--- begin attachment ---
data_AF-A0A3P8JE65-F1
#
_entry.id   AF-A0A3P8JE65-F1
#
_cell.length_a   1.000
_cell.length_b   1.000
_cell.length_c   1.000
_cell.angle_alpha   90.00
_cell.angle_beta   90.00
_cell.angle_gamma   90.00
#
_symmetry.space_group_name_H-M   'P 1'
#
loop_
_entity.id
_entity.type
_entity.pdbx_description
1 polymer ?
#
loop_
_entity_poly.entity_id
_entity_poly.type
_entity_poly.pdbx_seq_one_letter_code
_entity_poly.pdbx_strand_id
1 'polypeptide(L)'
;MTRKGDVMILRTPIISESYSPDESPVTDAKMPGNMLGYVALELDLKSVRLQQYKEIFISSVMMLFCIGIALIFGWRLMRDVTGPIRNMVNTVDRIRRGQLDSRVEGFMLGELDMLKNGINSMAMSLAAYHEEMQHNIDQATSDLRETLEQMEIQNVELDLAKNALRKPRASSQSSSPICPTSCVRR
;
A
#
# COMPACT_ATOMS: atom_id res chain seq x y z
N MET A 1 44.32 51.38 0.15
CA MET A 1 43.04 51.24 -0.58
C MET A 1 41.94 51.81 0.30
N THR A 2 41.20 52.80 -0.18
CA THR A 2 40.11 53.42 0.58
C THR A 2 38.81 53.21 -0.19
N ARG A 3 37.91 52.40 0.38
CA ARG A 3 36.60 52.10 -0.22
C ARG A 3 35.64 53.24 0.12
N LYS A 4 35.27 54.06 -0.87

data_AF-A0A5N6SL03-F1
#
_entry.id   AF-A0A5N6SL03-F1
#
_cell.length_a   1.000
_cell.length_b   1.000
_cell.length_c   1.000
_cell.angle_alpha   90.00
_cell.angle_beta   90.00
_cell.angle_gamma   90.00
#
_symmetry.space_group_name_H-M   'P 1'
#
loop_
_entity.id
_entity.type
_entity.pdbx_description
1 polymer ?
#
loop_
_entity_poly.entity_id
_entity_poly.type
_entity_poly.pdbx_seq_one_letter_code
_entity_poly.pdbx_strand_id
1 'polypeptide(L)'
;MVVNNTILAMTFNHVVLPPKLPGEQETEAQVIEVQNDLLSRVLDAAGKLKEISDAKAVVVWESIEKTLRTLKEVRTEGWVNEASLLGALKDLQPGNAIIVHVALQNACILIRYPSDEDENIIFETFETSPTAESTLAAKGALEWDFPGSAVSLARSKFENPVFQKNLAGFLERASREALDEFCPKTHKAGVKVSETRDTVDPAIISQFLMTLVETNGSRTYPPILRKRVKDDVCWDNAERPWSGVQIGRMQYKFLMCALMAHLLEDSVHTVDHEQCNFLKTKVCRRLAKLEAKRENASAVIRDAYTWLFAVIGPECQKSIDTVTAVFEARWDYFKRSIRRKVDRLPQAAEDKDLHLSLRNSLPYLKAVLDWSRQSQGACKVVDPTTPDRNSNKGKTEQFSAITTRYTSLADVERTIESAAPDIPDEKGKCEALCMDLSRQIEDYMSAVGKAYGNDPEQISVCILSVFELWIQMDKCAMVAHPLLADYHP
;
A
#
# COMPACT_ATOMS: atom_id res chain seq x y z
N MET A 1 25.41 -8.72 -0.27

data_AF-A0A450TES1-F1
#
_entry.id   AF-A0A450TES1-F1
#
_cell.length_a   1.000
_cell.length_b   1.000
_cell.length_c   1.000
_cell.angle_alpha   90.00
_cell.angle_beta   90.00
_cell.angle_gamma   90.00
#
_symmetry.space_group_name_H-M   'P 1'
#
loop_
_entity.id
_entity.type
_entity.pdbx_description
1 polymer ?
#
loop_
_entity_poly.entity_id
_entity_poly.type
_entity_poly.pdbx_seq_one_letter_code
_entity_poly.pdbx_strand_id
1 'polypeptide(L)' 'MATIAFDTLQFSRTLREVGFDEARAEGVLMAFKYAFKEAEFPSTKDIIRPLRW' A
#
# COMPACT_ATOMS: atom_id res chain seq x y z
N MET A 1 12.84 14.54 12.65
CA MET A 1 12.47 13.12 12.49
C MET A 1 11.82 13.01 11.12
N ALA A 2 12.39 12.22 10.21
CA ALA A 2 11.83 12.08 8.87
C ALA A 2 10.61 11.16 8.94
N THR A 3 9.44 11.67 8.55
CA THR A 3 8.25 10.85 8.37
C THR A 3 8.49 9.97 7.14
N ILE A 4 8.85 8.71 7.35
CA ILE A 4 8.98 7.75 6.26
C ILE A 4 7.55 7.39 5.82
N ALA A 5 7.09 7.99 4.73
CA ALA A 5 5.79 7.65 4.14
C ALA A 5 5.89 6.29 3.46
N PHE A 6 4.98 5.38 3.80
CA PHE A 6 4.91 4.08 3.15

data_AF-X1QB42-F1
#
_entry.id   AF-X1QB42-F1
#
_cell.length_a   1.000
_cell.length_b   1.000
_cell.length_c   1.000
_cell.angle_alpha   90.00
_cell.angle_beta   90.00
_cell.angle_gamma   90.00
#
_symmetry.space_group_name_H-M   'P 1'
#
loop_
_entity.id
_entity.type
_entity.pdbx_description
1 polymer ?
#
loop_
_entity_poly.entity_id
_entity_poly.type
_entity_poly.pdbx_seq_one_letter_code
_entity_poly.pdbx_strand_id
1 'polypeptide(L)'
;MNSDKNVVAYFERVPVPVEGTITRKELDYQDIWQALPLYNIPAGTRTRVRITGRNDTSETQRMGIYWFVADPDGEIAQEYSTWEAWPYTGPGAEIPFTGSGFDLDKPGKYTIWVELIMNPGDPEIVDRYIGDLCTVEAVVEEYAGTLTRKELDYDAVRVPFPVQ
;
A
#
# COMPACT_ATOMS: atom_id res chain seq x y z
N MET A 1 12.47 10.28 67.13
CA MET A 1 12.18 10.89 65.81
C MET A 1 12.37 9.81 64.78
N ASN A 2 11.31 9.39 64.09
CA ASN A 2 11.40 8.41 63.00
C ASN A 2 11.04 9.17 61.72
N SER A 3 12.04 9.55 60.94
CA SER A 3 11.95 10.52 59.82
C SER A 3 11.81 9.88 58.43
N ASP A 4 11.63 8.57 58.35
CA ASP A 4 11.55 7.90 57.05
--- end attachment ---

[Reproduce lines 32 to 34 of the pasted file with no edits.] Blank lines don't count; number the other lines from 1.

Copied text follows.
CA MET A 1 43.04 51.24 -0.58
C MET A 1 41.94 51.81 0.30
N THR A 2 41.20 52.80 -0.18